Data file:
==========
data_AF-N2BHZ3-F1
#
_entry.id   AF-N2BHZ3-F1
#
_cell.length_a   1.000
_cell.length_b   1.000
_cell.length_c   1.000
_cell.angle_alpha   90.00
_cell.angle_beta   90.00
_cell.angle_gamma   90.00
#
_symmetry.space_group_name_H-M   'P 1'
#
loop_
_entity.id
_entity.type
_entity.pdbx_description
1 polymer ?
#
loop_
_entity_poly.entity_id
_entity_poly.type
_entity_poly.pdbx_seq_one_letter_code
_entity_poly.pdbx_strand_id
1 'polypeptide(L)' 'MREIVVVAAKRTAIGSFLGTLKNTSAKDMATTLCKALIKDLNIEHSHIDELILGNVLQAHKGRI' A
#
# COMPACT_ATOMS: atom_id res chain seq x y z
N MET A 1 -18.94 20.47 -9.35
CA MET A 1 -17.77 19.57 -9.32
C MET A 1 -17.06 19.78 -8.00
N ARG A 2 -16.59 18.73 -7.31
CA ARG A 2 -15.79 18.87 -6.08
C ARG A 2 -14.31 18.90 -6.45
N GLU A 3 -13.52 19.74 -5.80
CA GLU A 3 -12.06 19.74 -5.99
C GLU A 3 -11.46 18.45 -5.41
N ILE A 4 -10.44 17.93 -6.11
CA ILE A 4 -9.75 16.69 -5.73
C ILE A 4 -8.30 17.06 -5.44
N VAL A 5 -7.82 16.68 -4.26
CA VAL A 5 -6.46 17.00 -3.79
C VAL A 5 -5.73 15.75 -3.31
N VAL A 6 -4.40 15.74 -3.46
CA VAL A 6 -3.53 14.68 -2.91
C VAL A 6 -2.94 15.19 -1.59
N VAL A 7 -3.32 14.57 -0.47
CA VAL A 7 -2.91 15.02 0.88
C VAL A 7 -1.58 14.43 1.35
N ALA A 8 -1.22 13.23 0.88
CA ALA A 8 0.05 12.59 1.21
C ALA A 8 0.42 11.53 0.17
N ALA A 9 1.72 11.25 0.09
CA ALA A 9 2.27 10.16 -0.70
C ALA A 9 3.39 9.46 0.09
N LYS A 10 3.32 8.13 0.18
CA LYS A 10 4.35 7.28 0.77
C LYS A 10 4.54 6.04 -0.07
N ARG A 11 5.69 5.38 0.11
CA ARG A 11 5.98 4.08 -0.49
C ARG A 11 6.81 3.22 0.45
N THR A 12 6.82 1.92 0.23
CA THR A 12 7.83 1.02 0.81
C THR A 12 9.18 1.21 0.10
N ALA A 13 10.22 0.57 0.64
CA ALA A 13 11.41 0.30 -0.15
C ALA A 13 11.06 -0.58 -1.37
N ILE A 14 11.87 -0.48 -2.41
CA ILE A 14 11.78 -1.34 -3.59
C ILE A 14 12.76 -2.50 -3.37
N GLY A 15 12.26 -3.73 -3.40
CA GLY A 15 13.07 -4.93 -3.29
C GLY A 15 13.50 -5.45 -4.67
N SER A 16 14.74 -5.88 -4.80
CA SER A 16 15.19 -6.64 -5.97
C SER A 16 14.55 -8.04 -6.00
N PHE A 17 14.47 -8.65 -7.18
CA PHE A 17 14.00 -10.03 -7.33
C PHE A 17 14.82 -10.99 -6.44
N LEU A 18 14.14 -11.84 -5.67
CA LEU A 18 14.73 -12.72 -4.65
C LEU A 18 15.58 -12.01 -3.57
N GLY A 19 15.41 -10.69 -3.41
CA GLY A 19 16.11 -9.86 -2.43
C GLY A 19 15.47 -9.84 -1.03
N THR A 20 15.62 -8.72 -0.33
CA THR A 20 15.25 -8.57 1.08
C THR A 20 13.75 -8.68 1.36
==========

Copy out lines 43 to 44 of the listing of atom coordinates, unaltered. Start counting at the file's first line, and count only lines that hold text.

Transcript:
N VAL A 6 -4.40 15.74 -3.46
CA VAL A 6 -3.53 14.68 -2.91